Carbon sink

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carbon sink

[′kär·bən ‚siŋk]
(geochemistry)
A reservoir that absorbs or takes up atmospheric carbon; for example, a forest or an ocean.

Carbon sink

The carbon reservoirs and conditions that take in and store more carbon (i.e., carbon sequestration) than they release.
References in periodicals archive ?
Scientists are trying to better understand these carbon sinks.
We've found a carbon sink in the most unlikely place," says Yan Li, an ecologist at the Chinese Academy of Sciences in Urumqi.
One remarkable thing about seagrass meadows is that, if restored, they can effectively and rapidly sequester carbon and re-establish lost carbon sinks,' said Karen McGlathery, of the University of Virginia, one of the paper's co-authors.
seagrass meadows, mangroves and salt marshes, shows they have a much greater capacity to progressively trap carbon than land carbon sinks like forests.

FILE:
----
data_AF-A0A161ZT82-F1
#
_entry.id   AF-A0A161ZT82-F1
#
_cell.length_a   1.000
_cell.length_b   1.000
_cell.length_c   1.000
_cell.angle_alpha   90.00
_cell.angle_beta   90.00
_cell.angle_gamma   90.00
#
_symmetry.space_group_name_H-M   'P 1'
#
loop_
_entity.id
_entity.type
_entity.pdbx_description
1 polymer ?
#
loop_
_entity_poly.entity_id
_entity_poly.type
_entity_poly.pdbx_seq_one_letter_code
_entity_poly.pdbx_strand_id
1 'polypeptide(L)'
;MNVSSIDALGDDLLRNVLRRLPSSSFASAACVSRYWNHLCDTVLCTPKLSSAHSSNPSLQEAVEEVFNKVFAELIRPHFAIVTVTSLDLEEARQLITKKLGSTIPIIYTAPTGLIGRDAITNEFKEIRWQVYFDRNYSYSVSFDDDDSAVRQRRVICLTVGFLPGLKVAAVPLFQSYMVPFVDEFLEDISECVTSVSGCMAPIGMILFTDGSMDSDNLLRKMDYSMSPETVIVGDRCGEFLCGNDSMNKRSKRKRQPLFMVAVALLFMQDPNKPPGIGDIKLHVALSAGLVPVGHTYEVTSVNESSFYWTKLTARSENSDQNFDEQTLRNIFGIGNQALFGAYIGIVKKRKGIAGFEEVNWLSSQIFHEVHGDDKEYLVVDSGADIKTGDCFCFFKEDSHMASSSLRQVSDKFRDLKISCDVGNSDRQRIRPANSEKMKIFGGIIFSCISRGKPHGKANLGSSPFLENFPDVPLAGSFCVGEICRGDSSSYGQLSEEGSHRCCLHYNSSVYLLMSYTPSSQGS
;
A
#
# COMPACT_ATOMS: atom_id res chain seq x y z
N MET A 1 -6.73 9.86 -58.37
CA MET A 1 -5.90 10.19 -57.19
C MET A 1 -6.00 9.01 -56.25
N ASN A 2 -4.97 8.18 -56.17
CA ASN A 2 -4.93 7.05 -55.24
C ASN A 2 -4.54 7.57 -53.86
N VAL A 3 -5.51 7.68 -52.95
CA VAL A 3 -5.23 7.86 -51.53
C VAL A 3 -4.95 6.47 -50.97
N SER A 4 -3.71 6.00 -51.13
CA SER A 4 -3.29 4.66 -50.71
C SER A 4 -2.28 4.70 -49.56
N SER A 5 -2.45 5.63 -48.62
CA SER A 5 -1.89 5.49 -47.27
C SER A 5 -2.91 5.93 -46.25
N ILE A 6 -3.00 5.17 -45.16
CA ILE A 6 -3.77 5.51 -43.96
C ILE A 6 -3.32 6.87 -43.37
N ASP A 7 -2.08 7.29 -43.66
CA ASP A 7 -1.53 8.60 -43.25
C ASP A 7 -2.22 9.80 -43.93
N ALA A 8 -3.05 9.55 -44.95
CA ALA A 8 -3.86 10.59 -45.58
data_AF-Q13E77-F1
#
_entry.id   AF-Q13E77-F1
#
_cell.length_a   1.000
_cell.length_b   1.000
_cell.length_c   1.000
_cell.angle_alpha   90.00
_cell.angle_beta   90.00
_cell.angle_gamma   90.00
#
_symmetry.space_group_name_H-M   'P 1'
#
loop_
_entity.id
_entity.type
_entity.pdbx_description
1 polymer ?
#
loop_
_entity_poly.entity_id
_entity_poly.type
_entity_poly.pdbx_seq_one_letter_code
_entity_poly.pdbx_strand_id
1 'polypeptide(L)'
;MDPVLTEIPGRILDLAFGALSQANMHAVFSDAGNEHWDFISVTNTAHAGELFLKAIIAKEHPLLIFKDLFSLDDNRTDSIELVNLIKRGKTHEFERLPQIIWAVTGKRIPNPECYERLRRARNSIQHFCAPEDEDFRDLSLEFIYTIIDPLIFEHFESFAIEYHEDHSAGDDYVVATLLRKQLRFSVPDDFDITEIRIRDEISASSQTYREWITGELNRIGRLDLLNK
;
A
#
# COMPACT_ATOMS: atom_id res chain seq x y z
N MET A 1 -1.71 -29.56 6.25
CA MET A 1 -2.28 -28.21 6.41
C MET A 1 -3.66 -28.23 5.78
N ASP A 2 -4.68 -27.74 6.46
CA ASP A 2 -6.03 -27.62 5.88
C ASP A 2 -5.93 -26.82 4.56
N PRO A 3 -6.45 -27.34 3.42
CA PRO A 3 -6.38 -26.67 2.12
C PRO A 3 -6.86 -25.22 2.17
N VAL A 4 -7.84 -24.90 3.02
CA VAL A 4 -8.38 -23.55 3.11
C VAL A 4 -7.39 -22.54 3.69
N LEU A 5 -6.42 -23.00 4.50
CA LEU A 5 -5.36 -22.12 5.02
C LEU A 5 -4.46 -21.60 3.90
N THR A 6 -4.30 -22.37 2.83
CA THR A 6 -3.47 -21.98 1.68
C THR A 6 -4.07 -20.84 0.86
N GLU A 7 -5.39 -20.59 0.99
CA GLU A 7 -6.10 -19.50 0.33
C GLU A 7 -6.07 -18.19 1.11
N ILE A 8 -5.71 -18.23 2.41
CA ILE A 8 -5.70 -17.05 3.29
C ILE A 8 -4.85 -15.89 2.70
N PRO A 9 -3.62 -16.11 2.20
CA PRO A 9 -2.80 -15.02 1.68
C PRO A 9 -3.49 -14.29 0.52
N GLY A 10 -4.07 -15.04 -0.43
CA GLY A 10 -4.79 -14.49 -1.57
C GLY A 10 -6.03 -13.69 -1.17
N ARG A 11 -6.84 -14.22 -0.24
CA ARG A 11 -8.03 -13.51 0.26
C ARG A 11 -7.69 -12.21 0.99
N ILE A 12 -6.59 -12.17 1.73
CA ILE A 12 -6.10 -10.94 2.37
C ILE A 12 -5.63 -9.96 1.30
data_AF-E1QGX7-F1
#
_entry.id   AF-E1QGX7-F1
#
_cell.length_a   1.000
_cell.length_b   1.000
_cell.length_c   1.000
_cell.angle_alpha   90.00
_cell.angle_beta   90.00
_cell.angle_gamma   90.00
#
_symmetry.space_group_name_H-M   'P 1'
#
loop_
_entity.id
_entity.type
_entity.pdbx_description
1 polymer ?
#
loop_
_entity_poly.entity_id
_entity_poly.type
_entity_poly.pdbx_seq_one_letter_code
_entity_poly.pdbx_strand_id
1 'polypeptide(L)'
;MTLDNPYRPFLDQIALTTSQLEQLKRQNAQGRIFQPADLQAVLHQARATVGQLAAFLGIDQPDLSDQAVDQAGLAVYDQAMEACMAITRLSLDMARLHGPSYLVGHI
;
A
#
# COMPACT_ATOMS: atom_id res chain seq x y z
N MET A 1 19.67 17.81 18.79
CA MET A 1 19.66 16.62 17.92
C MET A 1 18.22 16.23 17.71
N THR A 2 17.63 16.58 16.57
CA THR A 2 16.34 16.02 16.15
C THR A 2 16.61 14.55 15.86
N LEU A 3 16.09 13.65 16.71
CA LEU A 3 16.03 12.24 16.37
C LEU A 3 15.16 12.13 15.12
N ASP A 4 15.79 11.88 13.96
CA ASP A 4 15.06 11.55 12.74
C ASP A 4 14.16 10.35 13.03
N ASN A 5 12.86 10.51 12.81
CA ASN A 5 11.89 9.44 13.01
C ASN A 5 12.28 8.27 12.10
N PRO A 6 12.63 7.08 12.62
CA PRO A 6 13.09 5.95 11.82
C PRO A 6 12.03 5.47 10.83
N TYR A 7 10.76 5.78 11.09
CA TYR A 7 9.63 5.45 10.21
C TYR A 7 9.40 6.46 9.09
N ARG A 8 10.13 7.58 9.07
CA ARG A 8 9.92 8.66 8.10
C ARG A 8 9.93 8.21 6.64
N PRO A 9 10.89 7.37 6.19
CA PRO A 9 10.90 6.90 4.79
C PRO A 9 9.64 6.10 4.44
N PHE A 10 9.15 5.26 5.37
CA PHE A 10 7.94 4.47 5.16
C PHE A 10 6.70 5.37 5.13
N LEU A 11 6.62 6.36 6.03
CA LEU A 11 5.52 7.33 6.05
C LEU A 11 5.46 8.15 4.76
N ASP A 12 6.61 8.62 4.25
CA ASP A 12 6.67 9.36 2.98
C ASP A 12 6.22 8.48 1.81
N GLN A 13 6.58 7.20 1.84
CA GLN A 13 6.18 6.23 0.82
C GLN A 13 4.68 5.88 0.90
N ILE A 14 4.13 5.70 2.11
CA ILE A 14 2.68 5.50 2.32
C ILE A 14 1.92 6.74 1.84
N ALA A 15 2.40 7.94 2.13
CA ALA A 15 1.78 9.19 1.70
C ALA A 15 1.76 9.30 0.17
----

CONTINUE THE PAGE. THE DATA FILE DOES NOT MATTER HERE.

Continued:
Trees are excellent carbon sinks that absorb carbon dioxide that warms up the globe.
Carbon sinks and climate change; forests in the fight against global warming.
We have all but destroyed one of the earth's most natural carbon sinks, thus knocking nature off balance and accelerating the GHG effect.
Micro-Tek has capitalized on the potential of mycorrhizae to enhance carbon sinks with forestry projects in Canada and Chile.
In addition, forests act as carbon sinks, soaking up the carbon dioxide that we humans continually pump into the atmosphere, and purifying the air for us.
The clearing of forests and other natural cover to create land for grazing and crop production also destroys important carbon sinks.
We must also work together to move towards the IETA vision of a larger, more liquid market that evolves to include all six Kyoto gases from a wider range of sources, taking carbon sinks into account, with scope to link to other GHG emissions trading markets meeting similar compliance objectives.
Robert Jackson and William Schlesinger of Duke University in Durham, North Carolina, wanted to know how realistic proposals like carbon sinks really are.